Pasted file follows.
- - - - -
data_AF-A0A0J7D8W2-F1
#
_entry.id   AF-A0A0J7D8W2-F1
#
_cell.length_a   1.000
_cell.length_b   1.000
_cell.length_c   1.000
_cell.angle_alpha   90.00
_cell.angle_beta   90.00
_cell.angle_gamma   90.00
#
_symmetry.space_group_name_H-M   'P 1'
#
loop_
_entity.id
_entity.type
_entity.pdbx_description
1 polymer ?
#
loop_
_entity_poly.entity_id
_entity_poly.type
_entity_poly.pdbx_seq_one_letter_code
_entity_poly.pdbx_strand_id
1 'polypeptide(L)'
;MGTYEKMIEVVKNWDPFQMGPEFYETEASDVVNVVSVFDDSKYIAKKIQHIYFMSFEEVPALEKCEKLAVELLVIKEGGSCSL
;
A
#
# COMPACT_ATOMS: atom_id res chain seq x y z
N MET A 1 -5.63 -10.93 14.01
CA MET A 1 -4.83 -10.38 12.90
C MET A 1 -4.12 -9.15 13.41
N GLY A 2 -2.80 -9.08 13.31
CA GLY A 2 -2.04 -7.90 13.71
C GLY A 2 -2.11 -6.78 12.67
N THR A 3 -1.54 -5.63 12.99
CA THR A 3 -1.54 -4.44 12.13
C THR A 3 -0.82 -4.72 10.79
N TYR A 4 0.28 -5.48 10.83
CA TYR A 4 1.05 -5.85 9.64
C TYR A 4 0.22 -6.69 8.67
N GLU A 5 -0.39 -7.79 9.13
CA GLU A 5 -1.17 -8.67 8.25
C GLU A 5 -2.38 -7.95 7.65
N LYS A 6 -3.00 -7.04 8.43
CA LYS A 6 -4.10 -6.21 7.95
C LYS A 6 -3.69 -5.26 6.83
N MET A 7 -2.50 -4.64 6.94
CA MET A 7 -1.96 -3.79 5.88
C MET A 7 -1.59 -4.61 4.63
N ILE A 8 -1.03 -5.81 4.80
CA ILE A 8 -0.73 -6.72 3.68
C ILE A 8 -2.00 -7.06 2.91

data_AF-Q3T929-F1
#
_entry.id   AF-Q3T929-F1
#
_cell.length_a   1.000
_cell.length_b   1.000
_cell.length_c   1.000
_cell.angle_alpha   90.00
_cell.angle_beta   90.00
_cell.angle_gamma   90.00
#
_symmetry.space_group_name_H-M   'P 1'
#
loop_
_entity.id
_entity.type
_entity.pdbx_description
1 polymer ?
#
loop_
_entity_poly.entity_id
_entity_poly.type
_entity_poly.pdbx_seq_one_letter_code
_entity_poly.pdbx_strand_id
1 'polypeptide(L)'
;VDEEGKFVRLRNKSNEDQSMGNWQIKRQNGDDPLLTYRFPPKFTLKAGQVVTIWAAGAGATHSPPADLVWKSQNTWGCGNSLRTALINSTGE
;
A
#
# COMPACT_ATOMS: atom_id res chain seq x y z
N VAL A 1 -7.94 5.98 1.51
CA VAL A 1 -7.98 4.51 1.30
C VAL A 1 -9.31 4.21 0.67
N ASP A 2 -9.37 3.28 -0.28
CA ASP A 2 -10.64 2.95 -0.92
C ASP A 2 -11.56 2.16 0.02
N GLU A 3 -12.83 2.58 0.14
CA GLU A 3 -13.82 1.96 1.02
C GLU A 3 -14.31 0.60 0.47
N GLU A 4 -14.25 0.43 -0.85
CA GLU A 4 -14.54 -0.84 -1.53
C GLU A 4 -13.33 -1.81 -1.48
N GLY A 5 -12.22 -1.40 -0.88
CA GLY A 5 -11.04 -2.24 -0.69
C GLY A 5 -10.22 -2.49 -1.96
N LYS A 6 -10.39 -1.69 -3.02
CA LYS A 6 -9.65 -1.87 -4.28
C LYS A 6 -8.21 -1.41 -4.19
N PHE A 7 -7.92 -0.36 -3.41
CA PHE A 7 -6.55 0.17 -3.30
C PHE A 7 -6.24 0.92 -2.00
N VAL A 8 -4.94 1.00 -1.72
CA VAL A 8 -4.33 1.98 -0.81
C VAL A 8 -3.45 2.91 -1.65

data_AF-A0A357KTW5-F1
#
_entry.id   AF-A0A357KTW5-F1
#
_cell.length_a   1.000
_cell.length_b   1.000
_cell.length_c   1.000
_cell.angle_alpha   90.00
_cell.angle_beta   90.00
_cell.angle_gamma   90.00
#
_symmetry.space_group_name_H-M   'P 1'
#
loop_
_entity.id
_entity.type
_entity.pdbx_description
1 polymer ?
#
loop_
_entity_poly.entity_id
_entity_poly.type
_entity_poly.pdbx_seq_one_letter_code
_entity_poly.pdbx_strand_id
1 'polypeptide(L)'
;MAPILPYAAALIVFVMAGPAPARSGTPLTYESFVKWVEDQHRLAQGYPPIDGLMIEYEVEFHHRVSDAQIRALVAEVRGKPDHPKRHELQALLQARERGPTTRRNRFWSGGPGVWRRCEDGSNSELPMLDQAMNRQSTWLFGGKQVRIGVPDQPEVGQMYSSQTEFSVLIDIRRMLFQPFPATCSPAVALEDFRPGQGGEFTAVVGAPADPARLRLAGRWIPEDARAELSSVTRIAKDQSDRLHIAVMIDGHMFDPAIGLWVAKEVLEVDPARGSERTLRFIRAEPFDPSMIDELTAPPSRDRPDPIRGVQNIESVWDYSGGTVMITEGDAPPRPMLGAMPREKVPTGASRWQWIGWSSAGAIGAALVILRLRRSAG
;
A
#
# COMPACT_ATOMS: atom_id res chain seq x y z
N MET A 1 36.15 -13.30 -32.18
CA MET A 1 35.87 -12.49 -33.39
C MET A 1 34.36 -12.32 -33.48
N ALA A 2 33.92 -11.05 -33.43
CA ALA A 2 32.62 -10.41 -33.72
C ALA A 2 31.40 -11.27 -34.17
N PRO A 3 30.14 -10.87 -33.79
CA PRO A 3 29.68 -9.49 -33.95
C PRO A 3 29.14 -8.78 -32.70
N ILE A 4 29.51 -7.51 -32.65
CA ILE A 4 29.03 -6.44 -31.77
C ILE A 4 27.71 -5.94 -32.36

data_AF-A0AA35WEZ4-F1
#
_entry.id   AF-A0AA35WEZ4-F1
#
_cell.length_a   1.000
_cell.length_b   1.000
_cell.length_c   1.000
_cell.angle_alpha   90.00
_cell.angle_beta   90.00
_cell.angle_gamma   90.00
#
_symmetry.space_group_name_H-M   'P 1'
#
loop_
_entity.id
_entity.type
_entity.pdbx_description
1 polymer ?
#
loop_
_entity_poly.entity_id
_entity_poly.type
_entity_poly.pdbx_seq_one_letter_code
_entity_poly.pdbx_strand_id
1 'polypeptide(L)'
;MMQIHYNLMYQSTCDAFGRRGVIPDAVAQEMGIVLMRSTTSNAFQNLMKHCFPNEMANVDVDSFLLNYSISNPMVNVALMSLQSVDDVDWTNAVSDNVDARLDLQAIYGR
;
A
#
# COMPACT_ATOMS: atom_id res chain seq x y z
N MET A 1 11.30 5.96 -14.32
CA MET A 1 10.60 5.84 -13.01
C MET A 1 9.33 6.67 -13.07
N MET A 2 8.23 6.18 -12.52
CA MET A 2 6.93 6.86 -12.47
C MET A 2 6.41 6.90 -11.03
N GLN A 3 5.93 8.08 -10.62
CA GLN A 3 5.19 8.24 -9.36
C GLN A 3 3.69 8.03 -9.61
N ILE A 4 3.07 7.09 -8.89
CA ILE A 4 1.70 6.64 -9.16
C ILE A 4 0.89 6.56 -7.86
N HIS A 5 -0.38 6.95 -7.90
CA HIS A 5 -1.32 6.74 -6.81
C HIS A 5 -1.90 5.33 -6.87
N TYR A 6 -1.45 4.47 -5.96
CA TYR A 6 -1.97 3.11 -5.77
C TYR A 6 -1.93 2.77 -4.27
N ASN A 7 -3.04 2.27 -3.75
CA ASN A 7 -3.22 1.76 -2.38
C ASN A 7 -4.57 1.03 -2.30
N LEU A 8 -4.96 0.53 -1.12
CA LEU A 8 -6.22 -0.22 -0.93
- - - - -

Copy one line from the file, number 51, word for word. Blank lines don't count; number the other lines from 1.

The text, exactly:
C MET A 7 -1.59 -4.61 4.63